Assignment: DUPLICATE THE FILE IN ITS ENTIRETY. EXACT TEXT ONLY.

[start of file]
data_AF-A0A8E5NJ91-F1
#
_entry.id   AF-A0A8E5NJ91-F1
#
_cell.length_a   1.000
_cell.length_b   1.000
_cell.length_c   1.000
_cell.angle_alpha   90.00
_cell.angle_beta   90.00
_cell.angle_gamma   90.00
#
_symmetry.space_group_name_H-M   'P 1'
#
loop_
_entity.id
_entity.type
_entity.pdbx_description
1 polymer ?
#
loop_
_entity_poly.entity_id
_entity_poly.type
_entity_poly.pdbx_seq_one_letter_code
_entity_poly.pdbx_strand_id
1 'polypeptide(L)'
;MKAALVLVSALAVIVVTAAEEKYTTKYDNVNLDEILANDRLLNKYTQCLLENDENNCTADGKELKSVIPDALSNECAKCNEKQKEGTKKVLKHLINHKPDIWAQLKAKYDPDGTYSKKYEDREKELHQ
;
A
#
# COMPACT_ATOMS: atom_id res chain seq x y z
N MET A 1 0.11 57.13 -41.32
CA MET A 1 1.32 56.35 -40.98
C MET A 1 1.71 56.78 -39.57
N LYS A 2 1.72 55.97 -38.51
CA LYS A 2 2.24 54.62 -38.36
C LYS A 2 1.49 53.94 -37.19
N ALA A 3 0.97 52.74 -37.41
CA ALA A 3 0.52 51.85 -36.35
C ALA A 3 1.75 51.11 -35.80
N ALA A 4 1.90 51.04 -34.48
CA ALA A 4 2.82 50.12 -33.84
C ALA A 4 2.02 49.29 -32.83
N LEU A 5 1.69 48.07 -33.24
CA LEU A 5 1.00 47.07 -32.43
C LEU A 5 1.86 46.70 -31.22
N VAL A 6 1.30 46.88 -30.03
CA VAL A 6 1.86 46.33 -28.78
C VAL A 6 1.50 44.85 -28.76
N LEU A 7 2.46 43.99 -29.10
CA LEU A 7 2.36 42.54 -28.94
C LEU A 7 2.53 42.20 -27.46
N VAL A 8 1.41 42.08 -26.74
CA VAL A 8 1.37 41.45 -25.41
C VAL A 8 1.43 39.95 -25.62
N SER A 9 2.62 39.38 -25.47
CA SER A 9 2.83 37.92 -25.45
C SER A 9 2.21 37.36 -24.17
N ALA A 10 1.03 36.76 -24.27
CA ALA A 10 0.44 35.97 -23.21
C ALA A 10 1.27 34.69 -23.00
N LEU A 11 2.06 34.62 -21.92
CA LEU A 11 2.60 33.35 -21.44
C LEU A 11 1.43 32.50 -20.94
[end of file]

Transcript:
data_AF-A0A8E5NJ91-F1
#
_entry.id   AF-A0A8E5NJ91-F1
#
_cell.length_a   1.000
_cell.length_b   1.000
_cell.length_c   1.000
_cell.angle_alpha   90.00
_cell.angle_beta   90.00
_cell.angle_gamma   90.00
#
_symmetry.space_group_name_H-M   'P 1'
#
loop_
_entity.id
_entity.type
_entity.pdbx_description
1 polymer ?
#
loop_
_entity_poly.entity_id
_entity_poly.type
_entity_poly.pdbx_seq_one_letter_code
_entity_poly.pdbx_strand_id
1 'polypeptide(L)'
;MKAALVLVSALAVIVVTAAEEKYTTKYDNVNLDEILANDRLLNKYTQCLLENDENNCTADGKELKSVIPDALSNECAKCNEKQKEGTKKVLKHLINHKPDIWAQLKAKYDPDGTYSKKYEDREKELHQ
;
A
#
# COMPACT_ATOMS: atom_id res chain seq x y z
N MET A 1 0.11 57.13 -41.32
CA MET A 1 1.32 56.35 -40.98
C MET A 1 1.71 56.78 -39.57
N LYS A 2 1.72 55.97 -38.51
CA LYS A 2 2.24 54.62 -38.36
C LYS A 2 1.49 53.94 -37.19
N ALA A 3 0.97 52.74 -37.41
CA ALA A 3 0.52 51.85 -36.35
C ALA A 3 1.75 51.11 -35.80
N ALA A 4 1.90 51.04 -34.48
CA ALA A 4 2.82 50.12 -33.84
C ALA A 4 2.02 49.29 -32.83
N LEU A 5 1.69 48.07 -33.24
CA LEU A 5 1.00 47.07 -32.43
C LEU A 5 1.86 46.70 -31.22
N VAL A 6 1.30 46.88 -30.03
CA VAL A 6 1.86 46.33 -28.78
C VAL A 6 1.50 44.85 -28.76
N LEU A 7 2.46 43.99 -29.10
CA LEU A 7 2.36 42.54 -28.94
C LEU A 7 2.53 42.20 -27.46
N VAL A 8 1.41 42.08 -26.74
CA VAL A 8 1.37 41.45 -25.41
C VAL A 8 1.43 39.95 -25.62
N SER A 9 2.62 39.38 -25.47
CA SER A 9 2.83 37.92 -25.45
C SER A 9 2.21 37.36 -24.17
N ALA A 10 1.03 36.76 -24.27
CA ALA A 10 0.44 35.97 -23.21
C ALA A 10 1.27 34.69 -23.00
N LEU A 11 2.06 34.62 -21.92
CA LEU A 11 2.60 33.35 -21.44
C LEU A 11 1.43 32.50 -20.94